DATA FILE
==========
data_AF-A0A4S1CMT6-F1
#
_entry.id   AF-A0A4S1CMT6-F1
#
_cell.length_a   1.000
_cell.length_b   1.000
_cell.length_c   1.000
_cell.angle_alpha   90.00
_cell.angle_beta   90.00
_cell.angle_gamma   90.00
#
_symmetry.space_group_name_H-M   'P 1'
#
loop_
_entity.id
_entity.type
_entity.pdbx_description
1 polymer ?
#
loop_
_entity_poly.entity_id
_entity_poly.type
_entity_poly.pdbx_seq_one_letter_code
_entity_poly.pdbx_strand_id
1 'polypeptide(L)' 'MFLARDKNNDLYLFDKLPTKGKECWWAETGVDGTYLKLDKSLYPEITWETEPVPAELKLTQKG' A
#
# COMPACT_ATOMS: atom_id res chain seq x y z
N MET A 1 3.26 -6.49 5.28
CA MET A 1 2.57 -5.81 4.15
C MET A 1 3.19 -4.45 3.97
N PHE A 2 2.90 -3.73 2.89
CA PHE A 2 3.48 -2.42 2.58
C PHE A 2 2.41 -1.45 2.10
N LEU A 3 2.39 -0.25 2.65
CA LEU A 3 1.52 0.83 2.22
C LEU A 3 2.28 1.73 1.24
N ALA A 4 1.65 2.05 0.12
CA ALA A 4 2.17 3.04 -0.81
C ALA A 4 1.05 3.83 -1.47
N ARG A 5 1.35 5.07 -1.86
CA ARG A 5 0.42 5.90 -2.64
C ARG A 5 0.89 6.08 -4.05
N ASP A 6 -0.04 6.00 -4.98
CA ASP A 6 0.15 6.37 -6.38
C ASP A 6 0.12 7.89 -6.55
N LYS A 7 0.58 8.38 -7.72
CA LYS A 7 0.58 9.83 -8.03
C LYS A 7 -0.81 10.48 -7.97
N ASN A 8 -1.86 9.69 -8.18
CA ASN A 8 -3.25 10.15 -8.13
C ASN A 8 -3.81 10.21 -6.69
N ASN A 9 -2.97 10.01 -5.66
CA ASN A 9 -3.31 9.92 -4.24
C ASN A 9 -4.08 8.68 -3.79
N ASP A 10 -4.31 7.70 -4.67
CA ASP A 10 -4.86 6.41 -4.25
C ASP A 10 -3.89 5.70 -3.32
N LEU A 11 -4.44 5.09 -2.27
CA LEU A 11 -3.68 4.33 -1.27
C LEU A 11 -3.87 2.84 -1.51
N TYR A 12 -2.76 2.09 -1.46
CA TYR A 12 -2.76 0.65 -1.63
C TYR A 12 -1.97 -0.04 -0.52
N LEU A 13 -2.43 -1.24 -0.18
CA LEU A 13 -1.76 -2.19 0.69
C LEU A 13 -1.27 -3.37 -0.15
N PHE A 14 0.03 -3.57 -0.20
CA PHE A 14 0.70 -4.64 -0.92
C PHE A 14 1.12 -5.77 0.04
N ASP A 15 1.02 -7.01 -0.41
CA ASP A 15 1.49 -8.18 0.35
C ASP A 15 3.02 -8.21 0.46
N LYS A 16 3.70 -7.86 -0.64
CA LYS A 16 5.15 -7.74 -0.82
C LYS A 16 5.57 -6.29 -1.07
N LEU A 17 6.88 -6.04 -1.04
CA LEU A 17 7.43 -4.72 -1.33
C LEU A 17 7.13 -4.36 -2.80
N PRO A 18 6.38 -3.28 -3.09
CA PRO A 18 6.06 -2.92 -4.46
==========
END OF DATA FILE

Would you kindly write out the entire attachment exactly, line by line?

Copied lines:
data_AF-A0A4S1CMT6-F1
#
_entry.id   AF-A0A4S1CMT6-F1
#
_cell.length_a   1.000
_cell.length_b   1.000
_cell.length_c   1.000
_cell.angle_alpha   90.00
_cell.angle_beta   90.00
_cell.angle_gamma   90.00
#
_symmetry.space_group_name_H-M   'P 1'
#
loop_
_entity.id
_entity.type
_entity.pdbx_description
1 polymer ?
#
loop_
_entity_poly.entity_id
_entity_poly.type
_entity_poly.pdbx_seq_one_letter_code
_entity_poly.pdbx_strand_id
1 'polypeptide(L)' 'MFLARDKNNDLYLFDKLPTKGKECWWAETGVDGTYLKLDKSLYPEITWETEPVPAELKLTQKG' A
#
# COMPACT_ATOMS: atom_id res chain seq x y z
N MET A 1 3.26 -6.49 5.28
CA MET A 1 2.57 -5.81 4.15
C MET A 1 3.19 -4.45 3.97
N PHE A 2 2.90 -3.73 2.89
CA PHE A 2 3.48 -2.42 2.58
C PHE A 2 2.41 -1.45 2.10
N LEU A 3 2.39 -0.25 2.65
CA LEU A 3 1.52 0.83 2.22
C LEU A 3 2.28 1.73 1.24
N ALA A 4 1.65 2.05 0.12
CA ALA A 4 2.17 3.04 -0.81
C ALA A 4 1.05 3.83 -1.47
N ARG A 5 1.35 5.07 -1.86
CA ARG A 5 0.42 5.90 -2.64
C ARG A 5 0.89 6.08 -4.05
N ASP A 6 -0.04 6.00 -4.98
CA ASP A 6 0.15 6.37 -6.38
C ASP A 6 0.12 7.89 -6.55
N LYS A 7 0.58 8.38 -7.72
CA LYS A 7 0.58 9.83 -8.03
C LYS A 7 -0.81 10.48 -7.97
N ASN A 8 -1.86 9.69 -8.18
CA ASN A 8 -3.25 10.15 -8.13
C ASN A 8 -3.81 10.21 -6.69
N ASN A 9 -2.97 10.01 -5.66
CA ASN A 9 -3.31 9.92 -4.24
C ASN A 9 -4.08 8.68 -3.79
N ASP A 10 -4.31 7.70 -4.67
CA ASP A 10 -4.86 6.41 -4.25
C ASP A 10 -3.89 5.70 -3.32
N LEU A 11 -4.44 5.09 -2.27
CA LEU A 11 -3.68 4.33 -1.27
C LEU A 11 -3.87 2.84 -1.51
N TYR A 12 -2.76 2.09 -1.46
CA TYR A 12 -2.76 0.65 -1.63
C TYR A 12 -1.97 -0.04 -0.52
N LEU A 13 -2.43 -1.24 -0.18
CA LEU A 13 -1.76 -2.19 0.69
C LEU A 13 -1.27 -3.37 -0.15
N PHE A 14 0.03 -3.57 -0.20
CA PHE A 14 0.70 -4.64 -0.92
C PHE A 14 1.12 -5.77 0.04
N ASP A 15 1.02 -7.01 -0.41
CA ASP A 15 1.49 -8.18 0.35
C ASP A 15 3.02 -8.21 0.46
N LYS A 16 3.70 -7.86 -0.64
CA LYS A 16 5.15 -7.74 -0.82
C LYS A 16 5.57 -6.29 -1.07
N LEU A 17 6.88 -6.04 -1.04
CA LEU A 17 7.43 -4.72 -1.33
C LEU A 17 7.13 -4.36 -2.80
N PRO A 18 6.38 -3.28 -3.09
CA PRO A 18 6.06 -2.92 -4.46